Theodore Parker From Wikipedia

Theodore Parker (August 24, 1810 – May 10, 1860) was an American transcendentalist and reforming minister of the Unitarian church. A reformer and abolitionist, his words and popular quotations would later inspire speeches by Abraham Lincoln and Martin Luther King Jr.

Early life, 1810–1829
Theodore Parker was born in Lexington, Massachusetts,[1] the youngest child in a large farming family. His paternal grandfather was John Parker, the leader of the Lexington militia at the Battle of Lexington. Among his colonial Yankee ancestors were Thomas Hastings, who came from the East Anglia region of England to the Massachusetts Bay Colony in 1634, and Deacon Thomas Parker, who came from England in 1635 and was one of the founders of Reading.

Most of Theodore’s family had died by the time he was 27, probably due to tuberculosis. Out of eleven siblings, only five remained: three brothers, including Theodore, and two sisters. His mother, to whom he was emotionally close, died when he was eleven. He responded to these tragedies by refusing to lapse into what he called “the valley of tears”, focusing instead on other events and demands, and by affirming “the immortality of the soul”, later a benchmark of his theology.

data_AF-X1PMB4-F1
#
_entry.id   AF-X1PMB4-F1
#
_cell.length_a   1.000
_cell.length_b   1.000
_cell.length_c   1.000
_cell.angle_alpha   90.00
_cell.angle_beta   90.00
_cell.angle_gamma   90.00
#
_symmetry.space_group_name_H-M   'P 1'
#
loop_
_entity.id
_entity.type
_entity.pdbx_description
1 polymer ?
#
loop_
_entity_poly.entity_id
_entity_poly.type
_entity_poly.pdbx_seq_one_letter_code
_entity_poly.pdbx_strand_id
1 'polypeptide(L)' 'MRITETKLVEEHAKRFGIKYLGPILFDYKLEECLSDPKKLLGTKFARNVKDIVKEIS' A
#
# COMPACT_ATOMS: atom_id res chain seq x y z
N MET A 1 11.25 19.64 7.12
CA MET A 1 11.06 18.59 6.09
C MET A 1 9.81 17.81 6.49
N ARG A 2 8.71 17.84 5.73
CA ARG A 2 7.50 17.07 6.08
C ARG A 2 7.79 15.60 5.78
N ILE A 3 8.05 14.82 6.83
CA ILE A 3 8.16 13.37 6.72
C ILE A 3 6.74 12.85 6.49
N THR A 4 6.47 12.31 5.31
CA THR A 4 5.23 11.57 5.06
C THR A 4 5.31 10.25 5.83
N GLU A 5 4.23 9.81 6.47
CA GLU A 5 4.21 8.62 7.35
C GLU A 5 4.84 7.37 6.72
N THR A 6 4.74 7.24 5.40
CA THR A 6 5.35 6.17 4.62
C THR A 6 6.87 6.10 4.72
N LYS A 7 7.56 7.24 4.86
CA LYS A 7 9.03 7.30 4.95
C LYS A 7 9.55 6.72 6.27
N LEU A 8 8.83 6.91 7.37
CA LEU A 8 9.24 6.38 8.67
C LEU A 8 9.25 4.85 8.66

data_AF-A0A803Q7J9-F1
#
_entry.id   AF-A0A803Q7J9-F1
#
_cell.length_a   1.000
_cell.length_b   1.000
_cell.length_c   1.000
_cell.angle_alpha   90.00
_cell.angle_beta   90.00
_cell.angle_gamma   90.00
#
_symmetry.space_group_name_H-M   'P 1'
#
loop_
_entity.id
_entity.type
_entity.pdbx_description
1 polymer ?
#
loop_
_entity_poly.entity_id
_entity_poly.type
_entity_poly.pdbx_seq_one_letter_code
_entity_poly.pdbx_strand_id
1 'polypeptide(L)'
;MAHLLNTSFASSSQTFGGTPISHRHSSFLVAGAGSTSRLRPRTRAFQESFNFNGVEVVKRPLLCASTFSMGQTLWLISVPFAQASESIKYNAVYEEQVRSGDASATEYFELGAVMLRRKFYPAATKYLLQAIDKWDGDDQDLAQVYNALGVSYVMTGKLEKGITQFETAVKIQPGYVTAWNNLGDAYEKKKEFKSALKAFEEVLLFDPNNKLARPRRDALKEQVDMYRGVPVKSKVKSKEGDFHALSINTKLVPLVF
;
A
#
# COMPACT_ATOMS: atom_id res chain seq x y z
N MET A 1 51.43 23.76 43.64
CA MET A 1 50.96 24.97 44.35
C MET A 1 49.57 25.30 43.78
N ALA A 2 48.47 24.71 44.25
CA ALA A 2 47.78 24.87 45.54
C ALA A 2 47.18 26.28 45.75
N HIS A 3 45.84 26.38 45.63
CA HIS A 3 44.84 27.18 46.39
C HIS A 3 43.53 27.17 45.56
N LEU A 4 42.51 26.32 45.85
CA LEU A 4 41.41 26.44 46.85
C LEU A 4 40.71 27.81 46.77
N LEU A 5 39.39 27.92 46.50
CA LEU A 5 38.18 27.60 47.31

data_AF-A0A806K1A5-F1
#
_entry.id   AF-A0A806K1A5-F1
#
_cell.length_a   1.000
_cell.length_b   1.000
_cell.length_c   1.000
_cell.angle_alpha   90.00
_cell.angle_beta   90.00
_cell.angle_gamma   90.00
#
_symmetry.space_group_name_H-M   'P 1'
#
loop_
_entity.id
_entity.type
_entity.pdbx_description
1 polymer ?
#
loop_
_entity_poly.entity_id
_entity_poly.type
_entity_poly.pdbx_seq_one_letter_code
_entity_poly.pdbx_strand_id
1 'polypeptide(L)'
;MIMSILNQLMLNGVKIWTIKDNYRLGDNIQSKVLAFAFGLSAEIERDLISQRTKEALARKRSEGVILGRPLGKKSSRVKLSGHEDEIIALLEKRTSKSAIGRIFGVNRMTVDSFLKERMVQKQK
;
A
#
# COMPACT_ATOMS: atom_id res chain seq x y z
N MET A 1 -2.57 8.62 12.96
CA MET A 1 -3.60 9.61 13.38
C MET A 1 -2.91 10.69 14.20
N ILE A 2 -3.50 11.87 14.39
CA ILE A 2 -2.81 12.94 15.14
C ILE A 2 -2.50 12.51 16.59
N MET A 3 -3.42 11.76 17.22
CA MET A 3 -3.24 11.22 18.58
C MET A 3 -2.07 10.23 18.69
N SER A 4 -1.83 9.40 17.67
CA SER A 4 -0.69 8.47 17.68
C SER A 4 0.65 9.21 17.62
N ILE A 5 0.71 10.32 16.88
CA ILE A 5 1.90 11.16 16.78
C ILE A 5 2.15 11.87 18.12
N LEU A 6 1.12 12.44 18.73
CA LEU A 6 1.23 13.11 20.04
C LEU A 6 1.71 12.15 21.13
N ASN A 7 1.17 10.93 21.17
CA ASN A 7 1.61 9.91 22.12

Descriptions of Parker as a teenager recall him as “raw” and rough, emotional and poetic, sincere, “arch”, “roguish”, volatile, witty, and quick. He excelled at academics and gained an early education through country schools and personal study. He studied long and late when farm chores allowed, tutoring himself in math, Latin, and other subjects. At seventeen he began teaching in local schools. He continued tutoring himself and private students in advanced and specialized subjects. He learned Hebrew from Joshua Seixas (son of Gershom Mendes Seixas and Hannah Manuel), whom he may have baptized in a covert conversion to Christianity. He also studied for a time under Convers Francis, who later preached at Parker’s ordination.